One of the hardest, if not the hardest, part of any relocation is getting through the first few weeks. And for partners, you can double or even triple this. Especially if you have children.
But even though this is often a tough time, there are ways you can make things at least a little easier.
One of these is NOT to move somewhere new with kids right at the start of the long summer holidays.
You really don’t want to arrive when all the other families are away, plus, you are also unlikely to have all your stuff with you.
Six weeks without toys, X-Boxes, games, or even familiar needing can be hard for any child, let alone one who has just moved to the other side of the world and hasn’t yet made any new friends.
However, there are some sensible things you can do to make things go just that little smoother on arrival. Here are my top three:
Surf the Internet!
Of course, this is often easier said than done, especially when you move to a country where doing anything remotely technical involves triple-signing several documents and standing in at least five different queues in three different offices, all in opposite areas of town.
Hopefully, this will not happen to you. If you can, find out before your move which internet provider is best (friendly expat Facebook groups are great for this), and how to go about getting it set up.
There is, of course, always that conundrum that you might need a bank account before you can get an internet account, but whether you have to get there via data on your phone in the interim (ah yes, did I mention you should also make sure you have a phone contract as soon as possible?) or some other remote wizardry, just make sure you have access to the web.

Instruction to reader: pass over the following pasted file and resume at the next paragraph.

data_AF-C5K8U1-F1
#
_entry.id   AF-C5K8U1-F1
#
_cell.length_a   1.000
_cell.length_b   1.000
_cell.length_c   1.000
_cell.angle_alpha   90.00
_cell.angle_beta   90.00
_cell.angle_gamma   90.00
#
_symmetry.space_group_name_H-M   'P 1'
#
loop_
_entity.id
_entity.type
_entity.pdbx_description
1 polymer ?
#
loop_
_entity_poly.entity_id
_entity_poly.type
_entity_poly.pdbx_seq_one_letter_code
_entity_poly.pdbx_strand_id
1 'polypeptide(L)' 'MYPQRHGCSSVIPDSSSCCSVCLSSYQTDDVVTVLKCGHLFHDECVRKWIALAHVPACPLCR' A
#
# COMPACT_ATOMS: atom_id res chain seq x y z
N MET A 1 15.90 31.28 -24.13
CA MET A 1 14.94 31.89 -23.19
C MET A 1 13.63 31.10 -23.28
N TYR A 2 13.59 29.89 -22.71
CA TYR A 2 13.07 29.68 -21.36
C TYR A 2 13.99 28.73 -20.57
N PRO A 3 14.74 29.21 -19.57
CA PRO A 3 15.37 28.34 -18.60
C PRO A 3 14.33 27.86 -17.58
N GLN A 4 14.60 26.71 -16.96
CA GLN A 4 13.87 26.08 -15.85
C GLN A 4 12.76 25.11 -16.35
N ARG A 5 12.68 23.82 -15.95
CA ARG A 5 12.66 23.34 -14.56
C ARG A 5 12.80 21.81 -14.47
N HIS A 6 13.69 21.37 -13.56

You will be thankful when you’re three days into your new life and can chat with family back home, check in on what your friends are up to, and upload the obligatory shots of your first sunset/first cocktail/first cockroach… ok, you get the picture!
Get Out and About in Your New Place
This is just as important as being able to contact your people back home. There’s nothing like making you feel like your new house is a prison than not being able to escape it properly.
Some lucky people will simply open the door and start walking—and even find a nearby bus stop or train station. This wasn’t true for us in all of our last few postings—most recently in South Africa, where they’d make us feel it wasn’t safe to put a foot outside of our compound. We realized this wasn’t true, and I would often walk the ten minutes to the close-by shopping mall during daylight hours at least.
For the rest of us, though, make sure you either have easy access to some sort of a taxi service, have a willing new friend who can come and pick you up, or buy a car as quickly as possible. In the meantime, hire one.
Some of my favorite early memories are of driving some dodgy hire-car round the streets of whichever city I had just arrived in – the one we had in St Lucia even got a nickname–Squeaky McSqueaky, if I recall, because of its squeaky wheels.
Driving can intimidate at first but take the plunge as soon as possible. The longer you leave it, the more daunting it will seem. Oh, and a GPS/SatNav is one of the best investments you can make when you move abroad. At least you know if you ever get lost you can find your way home again.
My Third Tip Is a Little Different
…but in just as important:
Make sure, right from day one, that you know where the nearest hospital is—and how you are going to get there, especially if you are a parent.
Again, for some lucky people, it will mean just getting on the phone and calling an ambulance. But even then, do you know which number to call? And do you know your own address to tell them where to come?
For others, it may be a case of driving yourself there. so long as you are not the one who needs medical attention, or calling a cab. If you are going to drive yourself, you need to put the hospital into your GPS so you can find your way there easily—it’s easy to panic at times like this.
If you need to be driven, make sure you have the address close to hand. And finally, make sure you know how to pay for your medical treatment at the hospital.
When you have just arrived in a host country all these things can seem overwhelming, but they need not be. You just need to make sure you are organized and have a plan. And then stick to it. These are just three little things that can help make your early days a little more pleasant and less stressful.
We are sure you will have plenty more ideas of your own on this transition—please let us know what they are!
by: Clara Wiggins